A tapestry of fascinating stories about the place of the sewing needle in our lives. Sara Parker looks at what this powerful but tiny metal tool means to us at home and at work - in times of sadness and of joy.
The needle gives women the capacity to clothe their family or start a business. For the prisoner, embroidering a cushion in his cell provides both a way to earn a living and also a link with the outside world. To the mother who lost her son in Afghanistan, it offers a way for her family to come to terms with their grief through teddy bears made from his uniform. While for the World War One soldier, who learned to sew recuperating from injuries sustained in the Battle of the Somme, it gave a profession as a tailor.
As many of us lose the practical skills which our grandparents and parents took for granted, there is a revival of interest in all kinds of sewing. Some make quilts or cushions for those in need of comfort or for charity. Others want to sew for themselves - such as the 60-year old Blues musician determined to learn how to stitch his own unique waistcoat, or the teenager's act of defiance making a denim quilt after her mother forbade her to wear jeans.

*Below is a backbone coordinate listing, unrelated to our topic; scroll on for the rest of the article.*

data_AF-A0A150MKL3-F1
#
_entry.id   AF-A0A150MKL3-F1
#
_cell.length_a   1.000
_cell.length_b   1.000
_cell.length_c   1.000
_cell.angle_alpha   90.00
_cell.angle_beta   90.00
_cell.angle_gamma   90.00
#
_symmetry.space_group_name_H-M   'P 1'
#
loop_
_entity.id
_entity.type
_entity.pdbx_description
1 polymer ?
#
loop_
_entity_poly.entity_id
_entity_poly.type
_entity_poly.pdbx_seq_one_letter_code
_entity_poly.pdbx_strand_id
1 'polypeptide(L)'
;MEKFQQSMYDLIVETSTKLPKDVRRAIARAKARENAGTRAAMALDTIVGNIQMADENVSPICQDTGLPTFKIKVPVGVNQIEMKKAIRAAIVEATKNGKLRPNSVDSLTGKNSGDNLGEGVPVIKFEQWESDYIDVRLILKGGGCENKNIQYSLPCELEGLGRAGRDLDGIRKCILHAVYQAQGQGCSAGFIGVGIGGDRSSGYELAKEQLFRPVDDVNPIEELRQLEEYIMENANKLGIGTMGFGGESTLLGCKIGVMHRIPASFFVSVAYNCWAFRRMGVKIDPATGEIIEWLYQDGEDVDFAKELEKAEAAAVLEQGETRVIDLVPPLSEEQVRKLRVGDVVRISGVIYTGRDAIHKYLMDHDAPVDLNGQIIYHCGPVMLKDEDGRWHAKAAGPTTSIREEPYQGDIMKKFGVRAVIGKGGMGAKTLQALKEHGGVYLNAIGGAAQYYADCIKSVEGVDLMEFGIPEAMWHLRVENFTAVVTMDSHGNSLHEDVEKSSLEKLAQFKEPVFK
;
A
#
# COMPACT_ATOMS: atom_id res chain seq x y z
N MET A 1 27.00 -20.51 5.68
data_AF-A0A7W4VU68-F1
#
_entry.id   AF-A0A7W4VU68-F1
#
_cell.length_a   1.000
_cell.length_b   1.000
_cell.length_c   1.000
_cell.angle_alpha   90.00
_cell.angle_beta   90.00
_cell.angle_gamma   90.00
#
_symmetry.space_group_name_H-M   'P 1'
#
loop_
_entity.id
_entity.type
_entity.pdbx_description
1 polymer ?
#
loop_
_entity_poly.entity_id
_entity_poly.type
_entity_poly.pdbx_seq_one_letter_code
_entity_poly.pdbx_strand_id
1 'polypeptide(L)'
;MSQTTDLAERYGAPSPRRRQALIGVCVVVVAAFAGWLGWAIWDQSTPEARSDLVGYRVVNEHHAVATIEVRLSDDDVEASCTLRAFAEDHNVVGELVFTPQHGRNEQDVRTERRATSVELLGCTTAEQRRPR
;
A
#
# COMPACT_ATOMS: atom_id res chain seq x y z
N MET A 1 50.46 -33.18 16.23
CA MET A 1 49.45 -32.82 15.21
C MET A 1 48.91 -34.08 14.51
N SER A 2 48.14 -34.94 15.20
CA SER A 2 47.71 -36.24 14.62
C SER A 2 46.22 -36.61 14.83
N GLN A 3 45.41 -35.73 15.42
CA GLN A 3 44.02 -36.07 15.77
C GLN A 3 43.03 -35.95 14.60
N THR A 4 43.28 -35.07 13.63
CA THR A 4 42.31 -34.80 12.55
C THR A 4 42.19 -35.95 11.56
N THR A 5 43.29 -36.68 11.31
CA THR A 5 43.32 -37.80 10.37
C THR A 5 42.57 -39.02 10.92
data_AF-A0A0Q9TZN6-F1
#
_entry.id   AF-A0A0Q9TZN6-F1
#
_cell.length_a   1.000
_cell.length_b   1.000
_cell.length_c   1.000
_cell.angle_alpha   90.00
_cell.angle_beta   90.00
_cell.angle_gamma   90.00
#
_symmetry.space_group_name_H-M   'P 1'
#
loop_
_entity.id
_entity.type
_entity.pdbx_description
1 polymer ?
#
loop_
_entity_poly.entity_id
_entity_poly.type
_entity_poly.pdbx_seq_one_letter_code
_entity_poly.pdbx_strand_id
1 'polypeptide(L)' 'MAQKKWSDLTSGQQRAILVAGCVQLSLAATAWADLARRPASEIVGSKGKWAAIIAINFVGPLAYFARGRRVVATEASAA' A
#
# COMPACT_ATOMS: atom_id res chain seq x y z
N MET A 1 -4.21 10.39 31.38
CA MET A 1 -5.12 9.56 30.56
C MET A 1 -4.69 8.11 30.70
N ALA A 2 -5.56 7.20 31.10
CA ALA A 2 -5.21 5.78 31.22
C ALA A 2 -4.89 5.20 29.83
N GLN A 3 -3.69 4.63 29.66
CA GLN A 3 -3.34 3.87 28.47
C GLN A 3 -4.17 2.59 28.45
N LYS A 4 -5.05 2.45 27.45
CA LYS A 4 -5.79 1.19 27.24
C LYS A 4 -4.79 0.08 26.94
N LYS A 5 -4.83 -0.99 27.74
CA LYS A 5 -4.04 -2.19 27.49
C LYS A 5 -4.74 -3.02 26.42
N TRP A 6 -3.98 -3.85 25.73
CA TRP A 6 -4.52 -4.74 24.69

New technology matches the increasing sophistication of sewing machines - such as the QR code cross-stitched into the margin of a quilt linking to the maker's blog, or shared online tutorials. While a sinister story from the National Archives in Kew reveals how Porton Down wanted to develop the sewing needle as a poison dart at the end of World War Two.
Produced by Sara Parker
A White Pebble Media production for BBC Radio 4.